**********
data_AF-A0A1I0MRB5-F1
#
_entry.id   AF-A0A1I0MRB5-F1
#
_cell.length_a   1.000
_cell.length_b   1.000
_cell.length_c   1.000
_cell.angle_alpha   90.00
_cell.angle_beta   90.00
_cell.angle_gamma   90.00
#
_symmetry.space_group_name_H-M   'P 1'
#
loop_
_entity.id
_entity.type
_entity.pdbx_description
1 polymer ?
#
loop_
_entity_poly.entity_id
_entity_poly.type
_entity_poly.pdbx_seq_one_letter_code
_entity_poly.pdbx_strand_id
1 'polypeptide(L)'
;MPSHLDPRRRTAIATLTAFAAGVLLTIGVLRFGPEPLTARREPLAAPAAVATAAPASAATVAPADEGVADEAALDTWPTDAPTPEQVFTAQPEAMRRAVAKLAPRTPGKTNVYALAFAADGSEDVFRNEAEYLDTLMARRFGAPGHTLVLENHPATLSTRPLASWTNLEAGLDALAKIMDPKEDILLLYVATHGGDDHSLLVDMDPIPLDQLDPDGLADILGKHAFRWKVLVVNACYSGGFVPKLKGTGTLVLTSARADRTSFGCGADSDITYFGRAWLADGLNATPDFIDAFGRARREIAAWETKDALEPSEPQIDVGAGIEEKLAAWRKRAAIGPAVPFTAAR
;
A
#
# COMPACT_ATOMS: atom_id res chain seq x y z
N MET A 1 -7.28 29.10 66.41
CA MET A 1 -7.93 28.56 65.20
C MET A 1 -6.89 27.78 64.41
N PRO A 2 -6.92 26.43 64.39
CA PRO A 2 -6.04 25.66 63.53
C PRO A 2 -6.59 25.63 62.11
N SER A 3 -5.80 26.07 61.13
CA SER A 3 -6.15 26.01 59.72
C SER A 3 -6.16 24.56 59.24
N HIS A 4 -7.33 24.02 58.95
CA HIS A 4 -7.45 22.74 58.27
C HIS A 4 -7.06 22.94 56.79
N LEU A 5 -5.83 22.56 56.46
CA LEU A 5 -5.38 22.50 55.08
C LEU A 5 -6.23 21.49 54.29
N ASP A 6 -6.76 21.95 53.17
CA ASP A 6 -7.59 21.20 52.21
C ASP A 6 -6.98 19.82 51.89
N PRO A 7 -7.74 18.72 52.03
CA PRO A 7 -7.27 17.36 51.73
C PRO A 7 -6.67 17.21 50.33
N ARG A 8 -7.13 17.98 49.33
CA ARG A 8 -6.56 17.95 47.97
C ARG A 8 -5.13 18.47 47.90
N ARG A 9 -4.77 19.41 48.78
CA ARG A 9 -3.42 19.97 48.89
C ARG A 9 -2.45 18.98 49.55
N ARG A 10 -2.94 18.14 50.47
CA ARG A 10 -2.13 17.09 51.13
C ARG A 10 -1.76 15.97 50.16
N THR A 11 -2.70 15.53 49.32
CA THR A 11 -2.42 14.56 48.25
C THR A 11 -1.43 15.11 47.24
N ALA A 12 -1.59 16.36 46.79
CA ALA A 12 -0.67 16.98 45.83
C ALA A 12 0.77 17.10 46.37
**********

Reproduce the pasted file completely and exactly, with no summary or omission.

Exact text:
data_AF-A0A1I0MRB5-F1
#
_entry.id   AF-A0A1I0MRB5-F1
#
_cell.length_a   1.000
_cell.length_b   1.000
_cell.length_c   1.000
_cell.angle_alpha   90.00
_cell.angle_beta   90.00
_cell.angle_gamma   90.00
#
_symmetry.space_group_name_H-M   'P 1'
#
loop_
_entity.id
_entity.type
_entity.pdbx_description
1 polymer ?
#
loop_
_entity_poly.entity_id
_entity_poly.type
_entity_poly.pdbx_seq_one_letter_code
_entity_poly.pdbx_strand_id
1 'polypeptide(L)'
;MPSHLDPRRRTAIATLTAFAAGVLLTIGVLRFGPEPLTARREPLAAPAAVATAAPASAATVAPADEGVADEAALDTWPTDAPTPEQVFTAQPEAMRRAVAKLAPRTPGKTNVYALAFAADGSEDVFRNEAEYLDTLMARRFGAPGHTLVLENHPATLSTRPLASWTNLEAGLDALAKIMDPKEDILLLYVATHGGDDHSLLVDMDPIPLDQLDPDGLADILGKHAFRWKVLVVNACYSGGFVPKLKGTGTLVLTSARADRTSFGCGADSDITYFGRAWLADGLNATPDFIDAFGRARREIAAWETKDALEPSEPQIDVGAGIEEKLAAWRKRAAIGPAVPFTAAR
;
A
#
# COMPACT_ATOMS: atom_id res chain seq x y z
N MET A 1 -7.28 29.10 66.41
CA MET A 1 -7.93 28.56 65.20
C MET A 1 -6.89 27.78 64.41
N PRO A 2 -6.92 26.43 64.39
CA PRO A 2 -6.04 25.66 63.53
C PRO A 2 -6.59 25.63 62.11
N SER A 3 -5.80 26.07 61.13
CA SER A 3 -6.15 26.01 59.72
C SER A 3 -6.16 24.56 59.24
N HIS A 4 -7.33 24.02 58.95
CA HIS A 4 -7.45 22.74 58.27
C HIS A 4 -7.06 22.94 56.79
N LEU A 5 -5.83 22.56 56.46
CA LEU A 5 -5.38 22.50 55.08
C LEU A 5 -6.23 21.49 54.29
N ASP A 6 -6.76 21.95 53.17
CA ASP A 6 -7.59 21.20 52.21
C ASP A 6 -6.98 19.82 51.89
N PRO A 7 -7.74 18.72 52.03
CA PRO A 7 -7.27 17.36 51.73
C PRO A 7 -6.67 17.21 50.33
N ARG A 8 -7.13 17.98 49.33
CA ARG A 8 -6.56 17.95 47.97
C ARG A 8 -5.13 18.47 47.90
N ARG A 9 -4.77 19.41 48.78
CA ARG A 9 -3.42 19.97 48.89
C ARG A 9 -2.45 18.98 49.55
N ARG A 10 -2.94 18.14 50.47
CA ARG A 10 -2.13 17.09 51.13
C ARG A 10 -1.76 15.97 50.16
N THR A 11 -2.70 15.53 49.32
CA THR A 11 -2.42 14.56 48.25
C THR A 11 -1.43 15.11 47.24
N ALA A 12 -1.59 16.36 46.79
CA ALA A 12 -0.67 16.98 45.83
C ALA A 12 0.77 17.10 46.37